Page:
On Wednesday, fashion brand Michael Kors Holdings Ltd. reported decent first quarter fiscal 2017 results, maintaining its earnings streak for the fifth consecutive quarter. Adjusted earnings per share of 88 cents beat the Zacks Consensus Estimate of 74 cents. Total revenue came in at $987.9 million, also topping our consensus estimate of $952.4 million thanks to an increase in retail sales in Asia and Europe.
Despite these positive beats, KORS stock fell over 5% in pre-market trading—it’s recovered a bit, and is down just under 2% in afternoon trading—due to a weak outlook for its fiscal second quarter and a 7% decline in its wholesale business.
CEO John D. Idol said that “this progress was muted by the continued decline in mall traffic trends as well as a decrease in tourism in certain major cities which negatively impacted our comparable sales performance during the quarter. Looking ahead, we remain focused on executing against our long-term growth strategies across both product categories and regions.”
The solution? The brand will no longer be a part of department stores’ sales, discounts, and coupons on its products. It will also limit the amount of product available in these stores.
Talking to analysts, Mr. Idol said that consumers “have forgotten the true value of the product” since the brand is always on sale. This is certainly true, but I think the real problem is not that simple.
The Most Basic of the Basics
Michael Kors is basic. Specifically, its Michael Michael Kors sub-brand is basic, like the way Starbucks’ (SBUX - Free Report) Pumpkin Spice Latte is. The brand is literally everywhere, oversaturating the retail market to the point where it has become a joke, both inside and outside of the fashion industry.
If you walk down, say, Michigan Avenue in Chicago, you’d be hard-pressed not to spot at least 10 Michael Kors handbags, noticeable from their shiny metal hardware and tacky, MK logo. Not even the designs can help the brand, as most are a direct rip-off from other luxury handbag makers, and more often than not, a year or two behind in terms of on-point trends.
For example: its Signature collection. Like Louis Vuitton did with its LV-emblazoned handbags, Michael Kors too created a product collection that prominently featured its initials. But unlike Louis Vuitton, the world’s most valuable luxury brand, Michael Kors’ products did not see the same success.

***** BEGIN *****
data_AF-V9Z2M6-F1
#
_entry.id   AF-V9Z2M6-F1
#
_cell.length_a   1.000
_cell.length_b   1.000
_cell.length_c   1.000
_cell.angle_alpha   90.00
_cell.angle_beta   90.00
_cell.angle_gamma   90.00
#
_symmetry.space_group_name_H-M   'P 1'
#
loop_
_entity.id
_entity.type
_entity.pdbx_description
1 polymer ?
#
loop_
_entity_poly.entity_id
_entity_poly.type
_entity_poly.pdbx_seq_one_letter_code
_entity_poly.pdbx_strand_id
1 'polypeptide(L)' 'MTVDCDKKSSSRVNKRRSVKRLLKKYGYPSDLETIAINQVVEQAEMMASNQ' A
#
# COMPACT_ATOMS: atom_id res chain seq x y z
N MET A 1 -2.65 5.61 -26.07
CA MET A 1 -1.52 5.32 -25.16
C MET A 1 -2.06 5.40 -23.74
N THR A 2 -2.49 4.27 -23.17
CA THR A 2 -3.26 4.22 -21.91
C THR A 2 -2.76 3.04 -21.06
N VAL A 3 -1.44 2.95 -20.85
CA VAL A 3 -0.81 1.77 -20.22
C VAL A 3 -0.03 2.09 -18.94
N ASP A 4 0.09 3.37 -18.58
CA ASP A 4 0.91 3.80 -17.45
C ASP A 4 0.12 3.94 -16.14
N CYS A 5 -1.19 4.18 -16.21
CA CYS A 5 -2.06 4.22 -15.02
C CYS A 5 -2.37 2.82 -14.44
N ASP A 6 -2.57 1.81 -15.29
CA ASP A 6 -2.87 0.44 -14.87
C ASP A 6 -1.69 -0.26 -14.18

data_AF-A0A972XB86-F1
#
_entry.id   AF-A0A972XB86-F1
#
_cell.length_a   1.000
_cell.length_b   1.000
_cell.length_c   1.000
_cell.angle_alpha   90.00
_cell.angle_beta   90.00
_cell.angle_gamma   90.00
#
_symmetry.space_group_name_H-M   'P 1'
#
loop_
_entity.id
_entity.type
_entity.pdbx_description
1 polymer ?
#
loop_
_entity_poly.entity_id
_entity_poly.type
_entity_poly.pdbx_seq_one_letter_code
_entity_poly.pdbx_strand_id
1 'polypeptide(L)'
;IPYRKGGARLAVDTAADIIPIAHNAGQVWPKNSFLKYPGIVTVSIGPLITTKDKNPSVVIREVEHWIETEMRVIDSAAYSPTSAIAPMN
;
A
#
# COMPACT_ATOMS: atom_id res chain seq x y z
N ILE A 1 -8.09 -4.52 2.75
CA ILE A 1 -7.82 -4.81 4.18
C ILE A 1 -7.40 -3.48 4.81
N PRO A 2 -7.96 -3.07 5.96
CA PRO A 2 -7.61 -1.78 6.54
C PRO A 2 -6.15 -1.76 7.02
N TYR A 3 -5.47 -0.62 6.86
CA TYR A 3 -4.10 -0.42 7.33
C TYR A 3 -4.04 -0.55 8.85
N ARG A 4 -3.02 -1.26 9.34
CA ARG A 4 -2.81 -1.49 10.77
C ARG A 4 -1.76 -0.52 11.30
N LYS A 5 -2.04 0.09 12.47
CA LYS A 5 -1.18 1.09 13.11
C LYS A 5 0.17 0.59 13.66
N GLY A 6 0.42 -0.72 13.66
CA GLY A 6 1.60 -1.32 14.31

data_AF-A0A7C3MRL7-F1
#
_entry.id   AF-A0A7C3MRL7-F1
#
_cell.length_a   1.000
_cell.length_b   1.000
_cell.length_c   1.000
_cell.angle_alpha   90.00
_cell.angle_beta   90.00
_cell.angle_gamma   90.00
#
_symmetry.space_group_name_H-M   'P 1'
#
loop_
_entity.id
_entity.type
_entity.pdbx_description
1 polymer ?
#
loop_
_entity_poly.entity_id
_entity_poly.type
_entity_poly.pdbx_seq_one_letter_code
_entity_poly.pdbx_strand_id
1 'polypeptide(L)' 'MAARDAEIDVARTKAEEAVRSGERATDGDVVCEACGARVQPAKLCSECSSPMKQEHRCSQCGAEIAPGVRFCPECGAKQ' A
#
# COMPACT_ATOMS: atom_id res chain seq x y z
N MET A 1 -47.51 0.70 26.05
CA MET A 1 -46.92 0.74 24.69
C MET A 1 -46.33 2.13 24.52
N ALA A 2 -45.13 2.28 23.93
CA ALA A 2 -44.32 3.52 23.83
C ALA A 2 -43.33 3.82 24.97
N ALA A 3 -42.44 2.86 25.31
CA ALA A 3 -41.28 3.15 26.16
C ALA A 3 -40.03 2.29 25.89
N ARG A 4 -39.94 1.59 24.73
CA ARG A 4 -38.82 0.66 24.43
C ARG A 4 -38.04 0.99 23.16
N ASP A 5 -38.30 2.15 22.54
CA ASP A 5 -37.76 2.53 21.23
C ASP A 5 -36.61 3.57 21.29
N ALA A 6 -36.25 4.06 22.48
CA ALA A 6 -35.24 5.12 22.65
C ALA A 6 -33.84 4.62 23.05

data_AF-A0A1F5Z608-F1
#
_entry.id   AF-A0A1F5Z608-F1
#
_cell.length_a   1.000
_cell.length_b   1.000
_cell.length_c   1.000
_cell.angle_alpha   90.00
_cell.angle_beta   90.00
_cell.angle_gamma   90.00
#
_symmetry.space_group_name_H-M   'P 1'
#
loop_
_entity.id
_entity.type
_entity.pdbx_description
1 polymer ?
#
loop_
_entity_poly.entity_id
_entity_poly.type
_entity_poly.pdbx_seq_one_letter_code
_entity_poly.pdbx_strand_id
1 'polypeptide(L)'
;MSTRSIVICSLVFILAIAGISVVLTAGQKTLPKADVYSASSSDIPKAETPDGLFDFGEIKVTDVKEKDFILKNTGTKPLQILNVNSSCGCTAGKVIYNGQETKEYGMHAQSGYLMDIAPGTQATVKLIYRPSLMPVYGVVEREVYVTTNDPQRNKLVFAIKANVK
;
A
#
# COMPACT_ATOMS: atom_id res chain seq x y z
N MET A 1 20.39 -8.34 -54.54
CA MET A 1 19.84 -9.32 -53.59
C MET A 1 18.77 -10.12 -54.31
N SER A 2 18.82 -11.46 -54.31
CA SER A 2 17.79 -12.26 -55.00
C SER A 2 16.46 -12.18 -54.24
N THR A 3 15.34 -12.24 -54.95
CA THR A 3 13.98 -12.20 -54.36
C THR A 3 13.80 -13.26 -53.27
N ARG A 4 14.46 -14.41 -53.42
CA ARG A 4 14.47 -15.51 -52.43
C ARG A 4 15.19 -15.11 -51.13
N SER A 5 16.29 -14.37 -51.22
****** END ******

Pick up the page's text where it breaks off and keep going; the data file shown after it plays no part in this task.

What makes a handbag top-quality, and the opposite of basic, differs from person to person, but some details stay constant: high-quality leather, minimalist design, small logo, classic shapes. Michael Michael Kors handbags—and even its shoes, apparel and other accessories—have strayed from these characteristics, disappearing beneath the distracting MK logo.
Michael Kors burst onto the scene in 1981, established by its namesake designer Michael Kors (he now serves as honorary chairman and chief creative officer), but its popularity skyrocketed after Mr. Kors landed as a judge on the hit reality show Project Runway in 2004. Just a year later, Kors formed a partnership with Mr. Idol, and the rest is history.
Right from the start, expansion was a key priority. Lawrence Stroll and Silas Chou, two investors who helped make Tommy Hilfiger a household name, were added to the team, and from there, mid-price point items were added to the brand’s portfolio. $400 handbags, $300 watches, and $200 shoes were sold as a complement to Michael Kors Collection, the company’s high-priced haute couture collection, under the Michael Michael Kors brand.
As of last year, Michael Kors has over 550 stores, as well as more than 1,500 in-store boutiques all over the world. Mr. Idol had once described Michael Kors as the “Hermes of Staten Island,” something probably meant to mean that luxury products don’t need to be unaffordable, but is really just insulting towards Hermes.
The company swiftly took over market share from Coach Inc. , a top competitor and a forerunner in affordable luxury. Like Michael Kors is experiencing now, Coach suffered the image and profit sales problems just a few years ago, having rapidly expanded both nationally and internationally, particularly into outlet stores.
And also like Michael Kors, Coach’s product line experienced misfire after misfire until last year or so, when the brand began emulating its original designs, hired a new creative director, and produced marketing campaigns that its audience connected with.
There May Be Hope Yet
Michael Michael Kors has done some serious damage to the brand’s reputation. It has reached the point of overexposure, something no fashion brand wishes to do and actively tries to avoid. The product line has the stigma of being basic, and it will take years for it to distance itself from that descriptor.
Mr. Idol is making a good start, limiting Michael Kors’ presence in shops like Macy’s (M - Free Report) and Nordstrom (JWN - Free Report) . Going forward, the company plans to sell fewer items at a higher price point, a strategy that should balance out on its top line, according to Mr. Idol.
Coach should be a clear lesson for Michael Kors. Because if that brand can make a comeback, Michael Kors surely can. Its Collection items are stunning, and are a true testament to the fashion design abilities of the brand and of the company.
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